Africa to U.S.A.

Saying goodbye in Togo was a little easier than in Benin. First of all we had not been there nearly as long and secondly our schedule there never allowed us to get intimately acquainted with a lot of the members. We attended Lomé Branch on Sunday because I had not yet finished the midyear audit. President Sessi again invited us up to give our parting testimony. Lomé Branch now has their new benches finished and they look really nice. I suppose if you compared them to the benches that adorn most U.S. chapels they might be considered crude but they are well made, look good in the Lomé chapel and should last the saints there for many years to come. I did not make a count but I am sure there were probably at least 150 in attendance. It was reported later that there were 194 in attendance at Tokoin and more than 70 in Hedzranawoe so the church and the activity continues to grow in Togo. On Sunday afternoon Soeur Black and I fairly well collapsed and just enjoyed the afternoon and evening of our last Sunday in Africa. On Monday and Tuesday we finished delivering the chalkboards, AV stands, TV’s and CD players to all of the chapels. Every chapel in Lomé and Cotonou now has a nice set up for playing CD’s to assist in teaching.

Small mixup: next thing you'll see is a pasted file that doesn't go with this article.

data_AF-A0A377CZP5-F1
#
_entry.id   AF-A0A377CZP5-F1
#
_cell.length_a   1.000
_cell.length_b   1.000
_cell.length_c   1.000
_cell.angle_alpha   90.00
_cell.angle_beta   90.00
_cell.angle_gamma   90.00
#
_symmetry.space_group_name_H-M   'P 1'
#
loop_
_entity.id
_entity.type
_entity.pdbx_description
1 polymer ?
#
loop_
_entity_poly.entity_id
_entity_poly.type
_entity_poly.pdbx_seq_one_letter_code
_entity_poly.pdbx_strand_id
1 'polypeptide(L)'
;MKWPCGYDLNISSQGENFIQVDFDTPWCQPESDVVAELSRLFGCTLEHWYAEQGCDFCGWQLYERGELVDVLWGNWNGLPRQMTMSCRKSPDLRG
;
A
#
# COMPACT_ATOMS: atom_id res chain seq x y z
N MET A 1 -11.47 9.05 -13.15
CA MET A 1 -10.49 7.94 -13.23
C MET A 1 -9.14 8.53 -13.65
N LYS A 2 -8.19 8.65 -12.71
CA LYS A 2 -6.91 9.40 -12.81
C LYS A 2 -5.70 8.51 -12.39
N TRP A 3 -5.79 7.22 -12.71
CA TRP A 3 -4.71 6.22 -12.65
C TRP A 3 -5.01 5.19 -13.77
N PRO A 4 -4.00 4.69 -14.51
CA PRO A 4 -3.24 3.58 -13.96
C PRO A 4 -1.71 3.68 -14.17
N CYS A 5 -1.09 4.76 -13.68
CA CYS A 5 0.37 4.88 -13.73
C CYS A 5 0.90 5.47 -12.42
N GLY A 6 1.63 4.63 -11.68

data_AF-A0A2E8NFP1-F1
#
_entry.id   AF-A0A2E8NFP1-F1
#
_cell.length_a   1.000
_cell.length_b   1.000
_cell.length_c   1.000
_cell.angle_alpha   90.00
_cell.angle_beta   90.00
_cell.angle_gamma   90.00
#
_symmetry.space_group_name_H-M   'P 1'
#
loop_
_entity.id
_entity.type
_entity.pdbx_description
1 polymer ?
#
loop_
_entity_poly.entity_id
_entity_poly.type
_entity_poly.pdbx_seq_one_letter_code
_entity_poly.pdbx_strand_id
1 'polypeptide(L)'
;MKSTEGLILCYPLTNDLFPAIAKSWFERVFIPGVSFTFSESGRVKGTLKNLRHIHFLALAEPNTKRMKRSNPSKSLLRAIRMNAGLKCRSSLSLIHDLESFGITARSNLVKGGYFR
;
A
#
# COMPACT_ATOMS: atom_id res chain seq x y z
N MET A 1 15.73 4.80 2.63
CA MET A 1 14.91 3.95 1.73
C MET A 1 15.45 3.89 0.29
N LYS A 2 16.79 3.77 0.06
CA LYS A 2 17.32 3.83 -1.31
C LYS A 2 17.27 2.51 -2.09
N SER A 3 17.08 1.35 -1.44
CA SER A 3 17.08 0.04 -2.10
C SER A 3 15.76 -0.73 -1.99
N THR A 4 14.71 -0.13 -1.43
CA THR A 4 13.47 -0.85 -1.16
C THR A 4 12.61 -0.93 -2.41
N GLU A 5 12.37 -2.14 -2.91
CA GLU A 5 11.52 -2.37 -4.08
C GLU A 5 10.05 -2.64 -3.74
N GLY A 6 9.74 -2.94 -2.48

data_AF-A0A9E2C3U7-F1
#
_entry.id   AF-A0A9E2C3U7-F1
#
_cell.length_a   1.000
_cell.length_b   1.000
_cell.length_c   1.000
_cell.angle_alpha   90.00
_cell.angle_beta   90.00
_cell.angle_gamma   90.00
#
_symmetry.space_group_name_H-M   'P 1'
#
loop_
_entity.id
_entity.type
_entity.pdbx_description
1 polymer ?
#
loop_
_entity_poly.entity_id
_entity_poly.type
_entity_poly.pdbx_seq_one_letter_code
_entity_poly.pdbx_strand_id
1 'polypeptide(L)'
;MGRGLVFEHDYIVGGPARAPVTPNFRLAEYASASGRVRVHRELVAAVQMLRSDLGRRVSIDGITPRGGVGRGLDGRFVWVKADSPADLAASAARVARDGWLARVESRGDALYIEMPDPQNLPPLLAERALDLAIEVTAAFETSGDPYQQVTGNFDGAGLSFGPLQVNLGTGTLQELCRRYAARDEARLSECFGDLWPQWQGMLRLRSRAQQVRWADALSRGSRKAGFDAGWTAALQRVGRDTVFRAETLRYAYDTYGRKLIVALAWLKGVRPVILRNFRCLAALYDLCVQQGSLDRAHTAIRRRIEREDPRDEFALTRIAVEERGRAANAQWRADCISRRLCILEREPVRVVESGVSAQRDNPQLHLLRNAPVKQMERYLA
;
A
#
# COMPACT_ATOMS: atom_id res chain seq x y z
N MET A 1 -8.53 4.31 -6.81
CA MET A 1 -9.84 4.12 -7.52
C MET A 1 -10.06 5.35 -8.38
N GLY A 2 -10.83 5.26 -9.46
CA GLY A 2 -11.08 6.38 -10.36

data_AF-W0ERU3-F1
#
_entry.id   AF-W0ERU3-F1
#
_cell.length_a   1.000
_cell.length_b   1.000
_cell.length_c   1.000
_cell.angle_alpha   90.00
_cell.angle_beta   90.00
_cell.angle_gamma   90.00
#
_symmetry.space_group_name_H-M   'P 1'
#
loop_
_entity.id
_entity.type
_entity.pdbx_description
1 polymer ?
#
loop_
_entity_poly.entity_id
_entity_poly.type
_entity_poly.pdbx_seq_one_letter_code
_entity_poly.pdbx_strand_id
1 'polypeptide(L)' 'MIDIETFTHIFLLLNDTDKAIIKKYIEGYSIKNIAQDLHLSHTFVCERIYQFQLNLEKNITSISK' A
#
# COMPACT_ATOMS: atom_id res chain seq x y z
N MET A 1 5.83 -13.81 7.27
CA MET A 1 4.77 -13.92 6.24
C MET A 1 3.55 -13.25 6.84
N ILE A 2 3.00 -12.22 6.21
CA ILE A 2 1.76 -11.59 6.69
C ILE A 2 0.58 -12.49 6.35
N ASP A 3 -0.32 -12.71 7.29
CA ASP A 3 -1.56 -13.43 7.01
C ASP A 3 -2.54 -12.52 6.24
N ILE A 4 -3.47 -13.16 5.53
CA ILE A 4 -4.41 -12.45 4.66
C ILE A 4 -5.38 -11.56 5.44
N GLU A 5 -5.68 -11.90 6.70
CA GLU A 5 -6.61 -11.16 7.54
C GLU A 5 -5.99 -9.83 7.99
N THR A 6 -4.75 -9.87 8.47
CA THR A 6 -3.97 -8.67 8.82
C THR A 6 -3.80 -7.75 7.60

Chinese Birthday Dinner for Elder Bowman

Chinese Birthday Dinner for Elder Bowman

We have tried to remember each missionary on or around his birthday and the last one before we left was for Elder Bowman. We did cheat a little though and took him and his companion to a Chinese restaurant instead of a home cooked meal. They did not seem to mind and it was easier at a time when there was no food left in the house!

Lome Missionaries

Lome Missionaries

We also invited all of the Lomé missionaries over on Monday for a little going away cake and ice cream. That was nice and it turned into a little tearful farewell from some of the missionaries. I think they are most sad to see Soeur Black’s cooking slip away but we really have formed a good bond with many of these missionaries and appreciate them a lot. We will truly miss them!